The United States has called for the pumping of more crude prompting OPEC and allies to set a meeting on Wednesday to discuss. On Tuesday, oil lowered ahead of the meeting, although Brent still traded above $70 per barrel.
As of 0955 GMT, U.S. West Texas Intermediate (WTI) crude futures were down 74 cents, or 1.1%, at $68.47 a barrel.
Brent crude futures for October fell 60 cents, or 0.8%, to $72.81 a barrel. It is due to expire on Tuesday.
The two oil benchmarks were headed to their first monthly loss since March though still not far off their July highs. That month, Brent rose to its strongest since 2018 and U.S. crude since 2014.
Concerns related to the power outages and flooding in Louisiana amid Hurricane Ida were also weighing on prices. Markets were worried that these would cut crude demand from refineries.
Weaker manufacturing data from China also weighed on crude commodities. Factory activity expanded slower this month compared with July.
U.S. President Joe Biden’s administration urged OPEC to boost oil output this month. That was to tackle the rising gasoline prices.
Prior to the U.S. call, the OPEC+ had agreed to add 400,000 barrels per day to their supply each month through December.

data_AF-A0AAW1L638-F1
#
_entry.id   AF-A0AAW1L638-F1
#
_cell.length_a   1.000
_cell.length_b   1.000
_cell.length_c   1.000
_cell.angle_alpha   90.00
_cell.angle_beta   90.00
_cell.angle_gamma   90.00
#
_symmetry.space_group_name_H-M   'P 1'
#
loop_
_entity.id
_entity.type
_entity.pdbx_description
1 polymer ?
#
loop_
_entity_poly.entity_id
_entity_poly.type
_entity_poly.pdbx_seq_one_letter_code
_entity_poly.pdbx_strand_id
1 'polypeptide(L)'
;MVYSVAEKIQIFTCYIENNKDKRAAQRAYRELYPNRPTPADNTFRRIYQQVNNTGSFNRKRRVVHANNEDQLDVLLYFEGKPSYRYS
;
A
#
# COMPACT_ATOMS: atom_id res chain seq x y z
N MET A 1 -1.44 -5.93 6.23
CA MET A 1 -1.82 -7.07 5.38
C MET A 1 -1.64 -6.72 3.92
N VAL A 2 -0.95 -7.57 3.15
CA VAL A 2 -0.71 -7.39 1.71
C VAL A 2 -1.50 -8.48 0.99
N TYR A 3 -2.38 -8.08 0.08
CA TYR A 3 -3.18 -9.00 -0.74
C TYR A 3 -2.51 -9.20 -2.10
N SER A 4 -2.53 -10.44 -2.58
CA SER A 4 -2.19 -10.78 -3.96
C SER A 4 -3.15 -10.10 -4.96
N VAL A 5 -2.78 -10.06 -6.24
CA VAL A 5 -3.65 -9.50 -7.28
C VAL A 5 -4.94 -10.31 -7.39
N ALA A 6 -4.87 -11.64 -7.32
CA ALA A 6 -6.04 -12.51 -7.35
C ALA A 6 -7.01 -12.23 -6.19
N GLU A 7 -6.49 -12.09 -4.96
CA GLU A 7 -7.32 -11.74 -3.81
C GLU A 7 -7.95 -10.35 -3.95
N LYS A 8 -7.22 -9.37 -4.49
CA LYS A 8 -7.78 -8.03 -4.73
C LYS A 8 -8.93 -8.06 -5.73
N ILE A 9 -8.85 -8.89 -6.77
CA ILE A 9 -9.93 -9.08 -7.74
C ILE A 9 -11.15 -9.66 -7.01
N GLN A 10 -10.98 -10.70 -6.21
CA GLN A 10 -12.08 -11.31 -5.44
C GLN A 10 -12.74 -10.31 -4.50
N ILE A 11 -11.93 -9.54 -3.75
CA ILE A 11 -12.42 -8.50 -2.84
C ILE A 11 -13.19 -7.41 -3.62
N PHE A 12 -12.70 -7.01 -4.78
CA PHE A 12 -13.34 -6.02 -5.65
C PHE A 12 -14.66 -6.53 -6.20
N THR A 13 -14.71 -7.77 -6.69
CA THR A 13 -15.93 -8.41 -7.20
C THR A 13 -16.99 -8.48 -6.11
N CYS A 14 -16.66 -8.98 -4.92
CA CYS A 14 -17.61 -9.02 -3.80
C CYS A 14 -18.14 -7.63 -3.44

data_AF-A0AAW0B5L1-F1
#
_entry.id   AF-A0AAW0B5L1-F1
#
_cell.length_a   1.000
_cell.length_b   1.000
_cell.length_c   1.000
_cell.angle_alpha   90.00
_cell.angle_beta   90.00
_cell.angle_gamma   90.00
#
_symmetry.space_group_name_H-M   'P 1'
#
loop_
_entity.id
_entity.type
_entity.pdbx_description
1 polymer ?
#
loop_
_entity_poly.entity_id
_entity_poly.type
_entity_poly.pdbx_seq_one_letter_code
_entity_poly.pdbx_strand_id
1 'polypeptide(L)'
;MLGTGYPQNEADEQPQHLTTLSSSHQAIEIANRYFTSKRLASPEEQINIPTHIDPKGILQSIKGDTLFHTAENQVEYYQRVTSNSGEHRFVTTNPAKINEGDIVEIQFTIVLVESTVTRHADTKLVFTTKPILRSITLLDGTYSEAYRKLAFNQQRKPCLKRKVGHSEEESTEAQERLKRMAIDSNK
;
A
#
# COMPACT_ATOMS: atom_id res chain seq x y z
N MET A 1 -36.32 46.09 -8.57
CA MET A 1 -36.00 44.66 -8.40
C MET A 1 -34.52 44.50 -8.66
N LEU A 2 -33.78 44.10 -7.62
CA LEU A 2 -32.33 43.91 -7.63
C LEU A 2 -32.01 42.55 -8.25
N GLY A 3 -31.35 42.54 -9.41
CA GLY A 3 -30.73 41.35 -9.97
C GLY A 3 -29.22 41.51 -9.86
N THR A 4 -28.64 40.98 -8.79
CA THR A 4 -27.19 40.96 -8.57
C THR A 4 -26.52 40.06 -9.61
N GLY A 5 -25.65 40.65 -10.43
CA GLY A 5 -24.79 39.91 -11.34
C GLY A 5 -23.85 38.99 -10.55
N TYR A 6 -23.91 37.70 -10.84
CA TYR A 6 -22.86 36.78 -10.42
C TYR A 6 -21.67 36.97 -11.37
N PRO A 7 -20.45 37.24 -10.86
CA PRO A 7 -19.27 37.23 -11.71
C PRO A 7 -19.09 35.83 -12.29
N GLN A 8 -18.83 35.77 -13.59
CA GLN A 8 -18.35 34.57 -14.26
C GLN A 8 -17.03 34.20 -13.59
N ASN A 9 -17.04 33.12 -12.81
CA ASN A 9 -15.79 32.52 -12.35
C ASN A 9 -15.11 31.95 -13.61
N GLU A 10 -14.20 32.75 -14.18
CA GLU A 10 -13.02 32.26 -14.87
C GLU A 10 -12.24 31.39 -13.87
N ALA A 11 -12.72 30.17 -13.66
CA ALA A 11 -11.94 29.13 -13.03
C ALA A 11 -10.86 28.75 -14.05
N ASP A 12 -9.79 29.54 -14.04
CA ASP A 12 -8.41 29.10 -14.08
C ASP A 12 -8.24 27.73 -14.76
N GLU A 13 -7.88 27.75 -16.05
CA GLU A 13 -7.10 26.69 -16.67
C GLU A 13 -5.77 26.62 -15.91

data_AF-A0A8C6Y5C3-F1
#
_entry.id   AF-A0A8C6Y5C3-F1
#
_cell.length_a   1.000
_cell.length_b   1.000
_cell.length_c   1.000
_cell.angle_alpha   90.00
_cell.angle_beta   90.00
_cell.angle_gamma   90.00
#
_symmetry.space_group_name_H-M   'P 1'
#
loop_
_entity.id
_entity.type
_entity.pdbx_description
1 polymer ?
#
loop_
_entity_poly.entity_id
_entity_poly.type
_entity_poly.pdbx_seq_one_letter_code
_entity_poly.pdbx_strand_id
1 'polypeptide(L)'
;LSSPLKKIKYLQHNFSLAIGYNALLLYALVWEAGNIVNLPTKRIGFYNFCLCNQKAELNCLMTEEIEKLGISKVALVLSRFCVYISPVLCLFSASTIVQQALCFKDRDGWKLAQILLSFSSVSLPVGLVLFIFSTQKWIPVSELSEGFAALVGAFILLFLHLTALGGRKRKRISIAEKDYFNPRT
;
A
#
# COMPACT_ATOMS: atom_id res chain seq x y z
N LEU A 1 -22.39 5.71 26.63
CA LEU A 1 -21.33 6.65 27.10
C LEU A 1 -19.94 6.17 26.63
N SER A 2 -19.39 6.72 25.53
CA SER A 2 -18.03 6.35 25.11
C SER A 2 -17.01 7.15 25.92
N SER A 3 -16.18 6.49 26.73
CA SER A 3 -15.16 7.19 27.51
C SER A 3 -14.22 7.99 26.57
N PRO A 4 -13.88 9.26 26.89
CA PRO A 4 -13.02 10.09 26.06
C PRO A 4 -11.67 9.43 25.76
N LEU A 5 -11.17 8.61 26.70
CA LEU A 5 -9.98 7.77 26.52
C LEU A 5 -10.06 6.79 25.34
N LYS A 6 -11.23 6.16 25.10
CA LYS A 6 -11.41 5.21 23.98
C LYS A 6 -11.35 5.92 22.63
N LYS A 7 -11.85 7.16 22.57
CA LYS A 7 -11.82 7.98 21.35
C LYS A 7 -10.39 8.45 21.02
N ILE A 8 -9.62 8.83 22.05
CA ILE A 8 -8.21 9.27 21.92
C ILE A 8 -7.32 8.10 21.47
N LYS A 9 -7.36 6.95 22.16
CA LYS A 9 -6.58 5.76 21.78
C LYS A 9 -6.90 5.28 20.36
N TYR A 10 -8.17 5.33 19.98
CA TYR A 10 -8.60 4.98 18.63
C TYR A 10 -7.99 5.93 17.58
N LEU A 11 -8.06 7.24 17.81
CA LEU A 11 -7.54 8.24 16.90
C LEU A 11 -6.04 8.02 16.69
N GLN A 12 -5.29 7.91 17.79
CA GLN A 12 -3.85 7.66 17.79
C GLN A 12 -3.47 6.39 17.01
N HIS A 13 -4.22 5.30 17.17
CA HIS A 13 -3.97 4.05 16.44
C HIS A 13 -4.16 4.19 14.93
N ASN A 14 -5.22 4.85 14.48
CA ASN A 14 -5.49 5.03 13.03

Gold Up ahead of U.S. Jobs Report
On Tuesday morning in Asia, a weakening dollar gave gold a push. The dollar inched down and remained near two-week lows. By 12:05 AM ET (4:05 AM GMT), gold futures rose 0.33% to $1,818.15.
Investors await U.S. economic data due later in the week for clues on the U.S. Federal Reserve timeline on asset tapering.
The dollar steadied from its falls after Fed Chairman Jerome Powell did not provide a clear timeline for asset tapering. Moreover, no clarity about his timeline on interest rate hikes during the previous week’s Jackson Hole symposium. Powell only suggested that the asset tapering timeline could be “within 2021.”
Fed President Loretta Mester said, however, that she is not yet convinced that recent inflation readings will be enough to satisfy the conditions to begin asset tapering. This is despite the U.S. economy’s continuing recovery from the pandemic.
Meanwhile, in other precious metals, silver lost 0.1% and platinum eased 0.3% to $1,003.89. Palladium previously jumped 3.1% then fell 0.7%.